The NASDAQ Composite Index is a broad-based capitalization-weighted index of stocks in all three NASDAQ tiers: Global Select, Global Market and Capital Market. The index was developed with a base level of 100 as of February 5, 1971.
Indices do not include any expenses, fees, or sales charges, which would lower performance. Indices are unmanaged and should not be considered an investment. It is not possible to invest directly in an index.
The individual companies mentioned in this piece were for informational purposes only and should not be viewed as recommendations.
The comments should not be construed as a recommendation of individual holdings or market sectors, but as an illustration of broader themes. This document contains forward-looking statements about various economic trends and strategies. You are cautioned that such forward-looking statements are subject to significant business, economic and competitive uncertainties and actual results could be materially different. There are no guarantees associated with any forecast and the opinions stated here are subject to change at any time and are the opinion of the individual strategist. Information in this report does not pertain to any investment product and is not a solicitation for any product. This material has been prepared using sources of information generally believed to be reliable. No representation can be made as to its accuracy.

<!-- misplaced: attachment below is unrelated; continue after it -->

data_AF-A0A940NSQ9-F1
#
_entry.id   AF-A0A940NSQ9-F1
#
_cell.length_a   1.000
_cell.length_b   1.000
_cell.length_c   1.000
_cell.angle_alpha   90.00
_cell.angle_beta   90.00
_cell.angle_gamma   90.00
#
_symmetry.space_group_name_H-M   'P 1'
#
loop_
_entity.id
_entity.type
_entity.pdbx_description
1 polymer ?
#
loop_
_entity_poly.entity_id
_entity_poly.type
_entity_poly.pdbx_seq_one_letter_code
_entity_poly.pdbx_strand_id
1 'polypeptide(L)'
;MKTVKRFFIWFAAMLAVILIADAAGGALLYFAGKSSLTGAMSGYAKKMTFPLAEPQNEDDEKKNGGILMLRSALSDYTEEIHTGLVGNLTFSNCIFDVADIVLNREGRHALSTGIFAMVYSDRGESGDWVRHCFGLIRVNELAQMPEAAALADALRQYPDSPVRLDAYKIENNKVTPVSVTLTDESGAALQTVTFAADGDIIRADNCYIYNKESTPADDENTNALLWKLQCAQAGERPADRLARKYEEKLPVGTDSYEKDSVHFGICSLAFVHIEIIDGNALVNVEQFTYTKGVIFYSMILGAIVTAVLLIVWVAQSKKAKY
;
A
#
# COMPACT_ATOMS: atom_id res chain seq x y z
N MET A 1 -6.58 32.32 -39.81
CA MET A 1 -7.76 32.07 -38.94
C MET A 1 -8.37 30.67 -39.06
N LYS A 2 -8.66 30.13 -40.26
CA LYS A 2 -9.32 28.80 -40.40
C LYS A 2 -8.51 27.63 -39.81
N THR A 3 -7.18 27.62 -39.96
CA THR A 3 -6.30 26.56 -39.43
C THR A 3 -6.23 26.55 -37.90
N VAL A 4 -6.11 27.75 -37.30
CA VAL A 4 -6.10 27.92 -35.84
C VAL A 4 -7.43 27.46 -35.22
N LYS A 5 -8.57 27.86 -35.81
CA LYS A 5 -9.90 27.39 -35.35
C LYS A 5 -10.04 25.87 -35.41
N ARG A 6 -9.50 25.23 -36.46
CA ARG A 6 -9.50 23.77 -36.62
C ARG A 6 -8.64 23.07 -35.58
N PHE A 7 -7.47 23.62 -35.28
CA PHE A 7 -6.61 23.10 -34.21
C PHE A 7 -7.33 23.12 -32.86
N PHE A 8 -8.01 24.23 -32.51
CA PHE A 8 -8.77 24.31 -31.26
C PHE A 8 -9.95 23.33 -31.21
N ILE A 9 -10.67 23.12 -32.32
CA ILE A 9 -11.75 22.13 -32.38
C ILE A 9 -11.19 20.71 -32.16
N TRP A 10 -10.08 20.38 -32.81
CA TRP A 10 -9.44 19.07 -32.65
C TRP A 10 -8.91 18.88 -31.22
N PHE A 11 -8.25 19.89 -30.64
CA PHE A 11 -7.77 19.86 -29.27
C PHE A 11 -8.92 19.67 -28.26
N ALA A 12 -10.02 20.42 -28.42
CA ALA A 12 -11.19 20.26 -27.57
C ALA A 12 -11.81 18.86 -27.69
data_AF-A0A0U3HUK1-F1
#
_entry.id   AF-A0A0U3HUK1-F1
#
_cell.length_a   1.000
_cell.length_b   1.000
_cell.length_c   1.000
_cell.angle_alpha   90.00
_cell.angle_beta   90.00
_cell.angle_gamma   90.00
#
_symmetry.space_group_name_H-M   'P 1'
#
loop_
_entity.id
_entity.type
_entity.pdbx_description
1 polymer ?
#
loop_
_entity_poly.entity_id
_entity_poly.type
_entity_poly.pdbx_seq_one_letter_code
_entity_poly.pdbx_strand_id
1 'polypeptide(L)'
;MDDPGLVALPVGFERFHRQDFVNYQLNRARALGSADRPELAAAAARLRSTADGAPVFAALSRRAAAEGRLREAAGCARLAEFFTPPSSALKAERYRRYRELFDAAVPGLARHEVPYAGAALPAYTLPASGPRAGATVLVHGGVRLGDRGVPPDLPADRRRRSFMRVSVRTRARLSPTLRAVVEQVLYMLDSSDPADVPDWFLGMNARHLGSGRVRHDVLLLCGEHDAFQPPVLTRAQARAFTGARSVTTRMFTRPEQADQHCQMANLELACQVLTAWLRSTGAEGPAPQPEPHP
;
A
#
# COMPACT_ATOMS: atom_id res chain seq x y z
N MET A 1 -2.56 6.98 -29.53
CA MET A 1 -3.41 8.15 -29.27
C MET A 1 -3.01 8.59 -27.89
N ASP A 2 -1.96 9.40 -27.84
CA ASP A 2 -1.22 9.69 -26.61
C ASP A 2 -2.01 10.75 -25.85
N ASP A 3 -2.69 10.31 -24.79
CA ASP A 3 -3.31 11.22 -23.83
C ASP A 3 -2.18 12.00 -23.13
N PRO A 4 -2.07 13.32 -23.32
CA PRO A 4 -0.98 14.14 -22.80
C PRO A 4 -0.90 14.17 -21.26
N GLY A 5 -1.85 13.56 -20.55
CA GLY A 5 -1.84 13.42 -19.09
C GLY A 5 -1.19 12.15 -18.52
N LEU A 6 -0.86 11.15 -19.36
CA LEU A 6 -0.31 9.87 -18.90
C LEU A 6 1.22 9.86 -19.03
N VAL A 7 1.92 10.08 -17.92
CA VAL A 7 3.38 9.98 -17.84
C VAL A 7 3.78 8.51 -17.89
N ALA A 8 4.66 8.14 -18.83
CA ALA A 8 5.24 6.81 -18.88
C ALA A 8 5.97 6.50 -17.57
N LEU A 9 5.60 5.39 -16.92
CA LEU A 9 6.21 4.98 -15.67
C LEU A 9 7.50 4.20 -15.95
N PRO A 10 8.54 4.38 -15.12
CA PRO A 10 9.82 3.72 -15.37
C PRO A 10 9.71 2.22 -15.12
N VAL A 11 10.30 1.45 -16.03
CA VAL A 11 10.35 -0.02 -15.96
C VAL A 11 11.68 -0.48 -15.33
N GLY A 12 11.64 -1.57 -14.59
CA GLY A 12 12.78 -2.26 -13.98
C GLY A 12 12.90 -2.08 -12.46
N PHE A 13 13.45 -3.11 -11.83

March 07, 2019
Late-Cycle Drama Is Unfolding
Risk assets will likely enjoy another rally while the Fed stays on hold, but the pause will only allow excesses to become more pronounced.
January 24, 2019
Amber Lights Flash at Davos
Should the mood this year at Davos prove once again to be a contra-indicator, this may be the signal that the economy is likely to re-accelerate soon and that the party in risk assets continues.
Global CIO Scott Minerd and Head of Macroeconomic and Investment Research Brian Smedley provide context and commentary to complement our recent publication, “Forecasting the Next Recession.”
In his market outlook, Global CIO Scott Minerd discusses the challenges of managing in a market melt up and highlights several charts from his recent piece, “10 Macro Themes to Watch in 2018.”
Guggenheim Investments represents the investment management businesses of Guggenheim Partners, LLC ("Guggenheim"). Guggenheim Funds Distributors, LLC is an affiliate of Guggenheim.